Scotland

Rural Scotland has had enough of wind farms, say Scottish Tories

Wind turbines Image copyright PA

Subsidies for new wind farms should be scrapped as rural parts of the country have "had enough" of developments, the Scottish Conservatives have said.

The party said the move would save money for businesses and consumers and reduce the number of sites across Scotland.

The end of onshore wind subsidies was part of the Tory election manifesto.

The Scotttish government said it was "important we continue to support this vital industry".

It previously set a target of around 16GW to be generated by wind farms by 2020.

The Conservatives said figures showed the target had been "effectively surpassed" with 7.1GWs currently produced, while around 9GWs-worth schemes have been given the green light and other projects said to generate 4GWs are already in the planning system.

Scottish Conservative energy spokesman Murdo Fraser said: "Now that the SNP has effectively surpassed this ridiculous target it set itself, it's time to rein in yet more onshore wind developments.

"Rural Scotland has had enough, and so have businesses and consumers.

"The Scottish government has rolled out the red carpet for wind farms for too long.

"We can see the visual damage that has caused, and it makes no financial sense for so much money to be ploughed into a form of energy that is unreliable and intermittent."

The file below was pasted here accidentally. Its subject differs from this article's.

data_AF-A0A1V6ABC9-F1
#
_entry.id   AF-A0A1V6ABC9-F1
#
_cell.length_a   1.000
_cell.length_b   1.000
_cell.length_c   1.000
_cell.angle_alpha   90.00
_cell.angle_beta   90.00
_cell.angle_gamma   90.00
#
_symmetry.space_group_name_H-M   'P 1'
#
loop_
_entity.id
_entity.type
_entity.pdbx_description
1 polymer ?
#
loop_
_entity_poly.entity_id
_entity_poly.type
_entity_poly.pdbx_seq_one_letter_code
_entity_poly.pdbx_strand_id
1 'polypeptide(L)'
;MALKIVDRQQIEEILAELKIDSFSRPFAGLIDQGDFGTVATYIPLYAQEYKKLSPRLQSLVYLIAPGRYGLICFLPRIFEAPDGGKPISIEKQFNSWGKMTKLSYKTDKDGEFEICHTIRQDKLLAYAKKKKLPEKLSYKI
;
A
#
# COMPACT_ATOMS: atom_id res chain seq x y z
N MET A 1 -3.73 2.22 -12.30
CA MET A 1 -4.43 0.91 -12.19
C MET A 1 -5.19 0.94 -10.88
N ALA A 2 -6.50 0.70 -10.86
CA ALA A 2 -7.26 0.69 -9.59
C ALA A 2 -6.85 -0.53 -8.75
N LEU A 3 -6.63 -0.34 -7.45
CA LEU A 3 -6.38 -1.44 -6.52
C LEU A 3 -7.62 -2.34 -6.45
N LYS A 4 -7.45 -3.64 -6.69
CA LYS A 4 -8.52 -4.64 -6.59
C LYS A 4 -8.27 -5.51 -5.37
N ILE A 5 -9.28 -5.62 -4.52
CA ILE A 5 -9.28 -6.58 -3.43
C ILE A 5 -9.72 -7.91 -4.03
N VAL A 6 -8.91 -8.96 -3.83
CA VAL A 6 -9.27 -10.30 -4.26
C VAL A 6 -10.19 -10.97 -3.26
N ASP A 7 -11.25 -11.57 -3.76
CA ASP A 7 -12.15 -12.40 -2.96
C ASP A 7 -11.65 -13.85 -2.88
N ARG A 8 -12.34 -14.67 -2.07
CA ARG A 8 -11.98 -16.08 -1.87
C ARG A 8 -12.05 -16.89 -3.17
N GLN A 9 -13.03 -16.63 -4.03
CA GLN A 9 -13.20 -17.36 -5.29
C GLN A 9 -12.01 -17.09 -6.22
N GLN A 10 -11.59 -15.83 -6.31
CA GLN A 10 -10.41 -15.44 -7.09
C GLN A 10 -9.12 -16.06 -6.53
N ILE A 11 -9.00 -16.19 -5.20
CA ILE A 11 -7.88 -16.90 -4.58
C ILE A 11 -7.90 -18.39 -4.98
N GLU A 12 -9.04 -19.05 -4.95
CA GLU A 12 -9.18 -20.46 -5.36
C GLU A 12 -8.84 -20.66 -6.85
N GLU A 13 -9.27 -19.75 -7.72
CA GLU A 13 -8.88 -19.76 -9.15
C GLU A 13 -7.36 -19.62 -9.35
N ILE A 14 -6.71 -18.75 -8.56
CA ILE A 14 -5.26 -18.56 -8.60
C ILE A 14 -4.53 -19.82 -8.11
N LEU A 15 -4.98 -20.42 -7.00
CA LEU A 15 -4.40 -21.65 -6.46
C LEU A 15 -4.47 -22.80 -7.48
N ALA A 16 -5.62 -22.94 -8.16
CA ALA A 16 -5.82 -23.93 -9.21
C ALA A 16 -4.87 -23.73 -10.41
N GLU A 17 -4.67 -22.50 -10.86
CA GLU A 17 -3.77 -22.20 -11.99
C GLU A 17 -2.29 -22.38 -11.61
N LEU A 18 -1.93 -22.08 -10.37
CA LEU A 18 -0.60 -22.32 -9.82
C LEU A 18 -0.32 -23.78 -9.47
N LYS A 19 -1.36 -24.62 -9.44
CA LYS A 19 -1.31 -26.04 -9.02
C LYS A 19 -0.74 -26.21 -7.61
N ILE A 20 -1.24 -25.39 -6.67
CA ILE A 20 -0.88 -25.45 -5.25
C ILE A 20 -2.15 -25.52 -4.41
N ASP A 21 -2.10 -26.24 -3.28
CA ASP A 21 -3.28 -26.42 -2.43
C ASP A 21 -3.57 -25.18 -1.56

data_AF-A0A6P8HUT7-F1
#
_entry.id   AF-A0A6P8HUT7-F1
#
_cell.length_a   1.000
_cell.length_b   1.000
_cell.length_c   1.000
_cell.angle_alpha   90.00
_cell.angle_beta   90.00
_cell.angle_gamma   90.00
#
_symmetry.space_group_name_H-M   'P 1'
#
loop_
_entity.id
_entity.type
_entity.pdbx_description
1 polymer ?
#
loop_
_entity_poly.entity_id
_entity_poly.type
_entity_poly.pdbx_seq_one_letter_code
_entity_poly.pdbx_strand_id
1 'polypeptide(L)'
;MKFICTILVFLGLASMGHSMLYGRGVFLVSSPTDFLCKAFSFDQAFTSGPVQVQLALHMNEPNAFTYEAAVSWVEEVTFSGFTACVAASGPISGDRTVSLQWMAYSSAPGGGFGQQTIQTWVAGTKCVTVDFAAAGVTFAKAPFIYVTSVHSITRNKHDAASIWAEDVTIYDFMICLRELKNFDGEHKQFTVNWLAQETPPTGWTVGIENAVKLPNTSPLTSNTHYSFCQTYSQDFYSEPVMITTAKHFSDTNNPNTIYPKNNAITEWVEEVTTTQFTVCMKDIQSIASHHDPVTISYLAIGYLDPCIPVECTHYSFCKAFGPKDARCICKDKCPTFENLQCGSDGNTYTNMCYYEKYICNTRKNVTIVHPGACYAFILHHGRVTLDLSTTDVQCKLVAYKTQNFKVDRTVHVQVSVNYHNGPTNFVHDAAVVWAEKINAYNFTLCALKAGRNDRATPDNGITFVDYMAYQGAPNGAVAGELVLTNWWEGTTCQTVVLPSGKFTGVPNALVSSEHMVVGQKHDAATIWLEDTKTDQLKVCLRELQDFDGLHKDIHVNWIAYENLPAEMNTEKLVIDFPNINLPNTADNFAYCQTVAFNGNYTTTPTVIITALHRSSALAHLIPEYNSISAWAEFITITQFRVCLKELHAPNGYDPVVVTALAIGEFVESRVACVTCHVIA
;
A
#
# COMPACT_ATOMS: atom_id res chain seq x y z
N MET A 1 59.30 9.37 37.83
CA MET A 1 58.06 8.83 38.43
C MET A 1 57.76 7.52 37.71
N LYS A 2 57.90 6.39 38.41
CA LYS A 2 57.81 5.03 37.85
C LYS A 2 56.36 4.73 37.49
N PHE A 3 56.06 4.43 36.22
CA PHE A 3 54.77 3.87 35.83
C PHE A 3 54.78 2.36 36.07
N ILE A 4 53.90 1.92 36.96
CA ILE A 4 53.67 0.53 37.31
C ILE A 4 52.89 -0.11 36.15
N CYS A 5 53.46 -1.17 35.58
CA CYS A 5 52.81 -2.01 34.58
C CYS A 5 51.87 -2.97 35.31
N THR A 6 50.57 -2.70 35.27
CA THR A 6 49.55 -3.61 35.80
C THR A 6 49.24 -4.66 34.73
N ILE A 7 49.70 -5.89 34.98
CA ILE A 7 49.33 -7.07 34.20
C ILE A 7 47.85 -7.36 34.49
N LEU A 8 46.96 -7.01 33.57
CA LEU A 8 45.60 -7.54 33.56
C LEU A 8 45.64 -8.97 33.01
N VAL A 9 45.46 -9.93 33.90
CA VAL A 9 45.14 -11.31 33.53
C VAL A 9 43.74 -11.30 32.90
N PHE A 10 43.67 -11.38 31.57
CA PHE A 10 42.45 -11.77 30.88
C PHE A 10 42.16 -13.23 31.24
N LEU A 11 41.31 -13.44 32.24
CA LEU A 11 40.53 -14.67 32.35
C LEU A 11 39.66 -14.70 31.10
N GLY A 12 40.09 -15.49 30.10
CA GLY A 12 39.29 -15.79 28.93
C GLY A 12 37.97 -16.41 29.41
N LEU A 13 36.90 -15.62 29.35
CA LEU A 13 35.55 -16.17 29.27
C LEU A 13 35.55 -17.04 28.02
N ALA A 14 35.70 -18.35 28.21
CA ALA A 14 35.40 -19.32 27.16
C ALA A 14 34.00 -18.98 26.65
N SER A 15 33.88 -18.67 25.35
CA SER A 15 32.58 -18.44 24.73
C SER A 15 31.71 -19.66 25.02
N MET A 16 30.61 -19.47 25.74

'Landscapes blighted'

He added: "The Conservatives in Westminster have pledged to end subsidies for wind farms, and it's time for the Scottish government to back this approach.

"Communities who've had their landscapes blighted by turbines will no doubt agree."

The Scottish government said it "remained ambitious" for the renewable energy industry and the "vital contribution" it makes towards tackling climate change.

Energy Minister Ferguson Ewing said: "We want the two governments to work together, along with the industry, to decide between us the best way to proceed in relation to the future of onshore wind support, bearing in mind the promise made by the UK government to consult with the Scottish government ahead of any decisions being made.

"Onshore wind is the cheapest way of producing renewable electricity in the UK and it is important we continue to support this vital industry.

"We need to listen to the concerns of businesses and organisations who are integral to the future energy security of both Scotland and the UK, as well as to environmental organisations who recognise the importance of renewable energy in helping reduce emissions."

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